Small UOP Envoy Makes Big Gains at ILA 18th Annual Conference

Small UOP Envoy Makes Big Gains at ILA 18th Annual Conference

While the number of University of Phoenix presenters at this year’s 2016 Annual International Leadership Association (ILA) Atlanta conference was small, their scholarship made big gains and much visibility. From a new book about leadership, social change, and the arts, to strategies on inclusive leadership and training, to women and their development of leadership identify, School of Advanced Study (SAS) faculty panelists and presenters were well received.

Lynne Devnew, senior research fellow, Center for Leadership Studies and Educational Research (CLSER) was among five key panel contributors who used an iterative process of collaborative auto-ethnography to share the view of young women’s perceptions of resiliency influences on their leader identity. The study, Resilience in Childhood and Youth: Women’s Development of Leader Identity featured Devnew, Chanda D. Elbert, associate professor, Agricultural Leadership, Education and Communications, Texas A&M University, Ann M. Berghout Austin, professor and director, Center for Women and Gender, Utah State University, Marlene Janzen Le Ber, associate professor & chair, School of Leadership & Social Change, Brescia University College, and Judith B. LaValley, doctoral candidate, Industrial and Organizational Psychology, Kansas State University. For more information or to join Dr. Devnew’s work on women and leadership issues registered CLSER affiliates can visit her forum.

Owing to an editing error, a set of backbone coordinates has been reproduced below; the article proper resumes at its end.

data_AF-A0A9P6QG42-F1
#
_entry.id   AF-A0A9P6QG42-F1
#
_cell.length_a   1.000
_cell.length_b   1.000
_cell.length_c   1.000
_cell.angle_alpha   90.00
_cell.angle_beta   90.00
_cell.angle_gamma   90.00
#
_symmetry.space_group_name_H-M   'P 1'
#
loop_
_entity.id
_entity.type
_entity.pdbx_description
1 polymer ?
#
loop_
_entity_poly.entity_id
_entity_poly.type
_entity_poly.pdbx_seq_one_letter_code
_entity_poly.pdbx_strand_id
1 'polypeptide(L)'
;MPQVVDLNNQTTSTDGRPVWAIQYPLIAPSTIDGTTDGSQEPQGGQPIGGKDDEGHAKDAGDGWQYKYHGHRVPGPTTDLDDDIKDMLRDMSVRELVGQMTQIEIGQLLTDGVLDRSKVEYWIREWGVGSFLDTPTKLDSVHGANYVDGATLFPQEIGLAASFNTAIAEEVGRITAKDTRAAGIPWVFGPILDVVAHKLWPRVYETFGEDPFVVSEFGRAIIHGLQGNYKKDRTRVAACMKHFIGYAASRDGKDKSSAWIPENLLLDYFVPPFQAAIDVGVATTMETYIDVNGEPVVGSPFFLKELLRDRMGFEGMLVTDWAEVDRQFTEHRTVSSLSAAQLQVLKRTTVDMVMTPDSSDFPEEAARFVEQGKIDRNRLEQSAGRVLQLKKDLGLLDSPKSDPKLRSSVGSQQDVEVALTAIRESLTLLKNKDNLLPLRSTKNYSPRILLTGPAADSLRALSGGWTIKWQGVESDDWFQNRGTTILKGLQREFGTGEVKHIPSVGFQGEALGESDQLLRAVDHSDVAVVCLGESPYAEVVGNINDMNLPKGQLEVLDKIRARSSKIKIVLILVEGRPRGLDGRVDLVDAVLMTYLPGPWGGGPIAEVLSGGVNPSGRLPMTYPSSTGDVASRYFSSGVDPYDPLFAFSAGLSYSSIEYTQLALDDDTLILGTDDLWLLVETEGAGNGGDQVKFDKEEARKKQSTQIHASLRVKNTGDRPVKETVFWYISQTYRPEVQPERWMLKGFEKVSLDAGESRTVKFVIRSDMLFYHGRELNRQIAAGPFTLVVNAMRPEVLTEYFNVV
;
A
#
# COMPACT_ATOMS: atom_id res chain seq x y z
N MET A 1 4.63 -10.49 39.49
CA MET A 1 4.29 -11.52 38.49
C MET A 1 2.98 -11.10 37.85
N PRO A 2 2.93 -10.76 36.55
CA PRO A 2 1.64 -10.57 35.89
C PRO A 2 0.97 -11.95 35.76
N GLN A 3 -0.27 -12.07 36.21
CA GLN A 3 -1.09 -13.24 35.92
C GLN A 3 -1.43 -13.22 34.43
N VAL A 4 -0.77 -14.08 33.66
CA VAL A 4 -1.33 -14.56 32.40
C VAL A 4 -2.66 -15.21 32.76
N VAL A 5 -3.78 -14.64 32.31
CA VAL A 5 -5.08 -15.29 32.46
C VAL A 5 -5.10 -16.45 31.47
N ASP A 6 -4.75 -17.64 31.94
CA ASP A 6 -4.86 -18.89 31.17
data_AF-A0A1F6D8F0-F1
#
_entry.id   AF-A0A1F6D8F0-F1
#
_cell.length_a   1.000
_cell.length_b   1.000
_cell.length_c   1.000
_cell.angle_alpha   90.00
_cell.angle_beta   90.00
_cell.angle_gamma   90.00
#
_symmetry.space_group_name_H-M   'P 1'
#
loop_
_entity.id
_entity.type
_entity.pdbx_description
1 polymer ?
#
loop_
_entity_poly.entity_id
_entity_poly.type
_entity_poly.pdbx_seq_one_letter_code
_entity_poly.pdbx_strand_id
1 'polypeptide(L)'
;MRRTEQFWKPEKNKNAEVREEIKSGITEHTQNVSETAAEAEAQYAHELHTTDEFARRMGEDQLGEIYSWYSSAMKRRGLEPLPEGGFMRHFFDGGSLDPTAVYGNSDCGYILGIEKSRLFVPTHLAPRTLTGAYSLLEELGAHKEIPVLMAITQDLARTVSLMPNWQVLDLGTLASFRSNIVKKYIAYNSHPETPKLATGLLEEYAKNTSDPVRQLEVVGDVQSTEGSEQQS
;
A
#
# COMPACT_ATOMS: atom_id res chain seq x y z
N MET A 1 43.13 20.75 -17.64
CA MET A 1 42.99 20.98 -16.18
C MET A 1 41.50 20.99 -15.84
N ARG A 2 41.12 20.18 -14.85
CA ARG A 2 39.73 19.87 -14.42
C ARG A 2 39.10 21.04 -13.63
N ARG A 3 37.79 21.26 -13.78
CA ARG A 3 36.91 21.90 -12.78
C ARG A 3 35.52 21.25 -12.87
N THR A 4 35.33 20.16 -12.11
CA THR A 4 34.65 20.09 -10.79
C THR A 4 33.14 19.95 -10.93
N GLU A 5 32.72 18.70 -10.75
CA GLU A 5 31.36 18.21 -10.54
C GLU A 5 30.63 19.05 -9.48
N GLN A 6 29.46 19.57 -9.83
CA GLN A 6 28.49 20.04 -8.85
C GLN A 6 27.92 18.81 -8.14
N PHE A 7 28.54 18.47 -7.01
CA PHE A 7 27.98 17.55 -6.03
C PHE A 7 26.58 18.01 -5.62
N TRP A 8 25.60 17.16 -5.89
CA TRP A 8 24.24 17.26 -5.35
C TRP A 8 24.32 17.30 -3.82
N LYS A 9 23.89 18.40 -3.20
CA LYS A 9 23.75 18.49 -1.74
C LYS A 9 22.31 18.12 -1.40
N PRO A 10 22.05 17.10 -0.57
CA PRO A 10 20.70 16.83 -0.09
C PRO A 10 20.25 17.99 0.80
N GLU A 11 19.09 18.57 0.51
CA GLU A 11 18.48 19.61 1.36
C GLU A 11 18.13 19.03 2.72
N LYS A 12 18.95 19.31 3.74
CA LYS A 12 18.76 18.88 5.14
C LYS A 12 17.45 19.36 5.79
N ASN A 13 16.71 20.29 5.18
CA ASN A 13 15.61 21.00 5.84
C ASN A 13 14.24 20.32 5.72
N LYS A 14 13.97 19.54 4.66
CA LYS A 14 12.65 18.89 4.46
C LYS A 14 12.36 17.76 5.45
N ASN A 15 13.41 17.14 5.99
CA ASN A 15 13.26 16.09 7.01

Carol A. Holland, associate faculty, SAS was on hand to share her current research effort entitled, Exploring Educators as Inclusive Leaders: K-12 Educators and Higher Education Faculty. Dr. Holland’s study zeros in on the type of training needed to boost inclusive leadership, a prominent theme at this year’s conference. Her focus includes a four prong approach at the intersections of the literature on leadership style and skills, key theories on the types of leaders in education, gathering participant input among K-12 and higher education leadership, and best practices for leading. Holland’s work is on-going and she looks forward to presenting final results at future conferences.

In a third university showing, Kevin S. Bottomley, lead faculty area chair, SAS, was part of a panel discussion among the editors of new ILA book, Grassroots Leadership and the Arts for Social Change, available April 2017, BLB Volume. According to the ILA 2016 conference program, “Throughout history artists have led grassroots movements of protest, resistance, and liberation. Their efforts kindled a fire, aroused the imagination, and rallied people, culminating in real transformational change.”  Dr. Bottomley, a chapter contributor, maintains that grassroots leadership and the arts have a profound effect on social change. He was joined by other book contributors Susan Erenrich, professor, American University; professor, New York University, Garth Ross, vice president, community engagement, The John F. Kennedy Center for the Performing Arts, and Joshua Hayden, director of executive programs, Lipscomb University.

What’s next?  Start preparing your scholarship for submittal and make your prominent academic and networking mark at next year’s ILA 19th Annual Conference dubbed Leadership in Turbulent Times, set for Brussels, Oct 12-15, 2017. Stay tuned for further announcements from Erik Bean, Ed.D., associate university research chair, CLSER, and past ILA conference contributor, to support your proposal progress via webinars as well as a prospective partial scholarship financial incentive if accepted. In the meantime, please congratulate this year’s outstanding ILA annual conference contributors Devnew, Holland, and Bottomley!

Recent News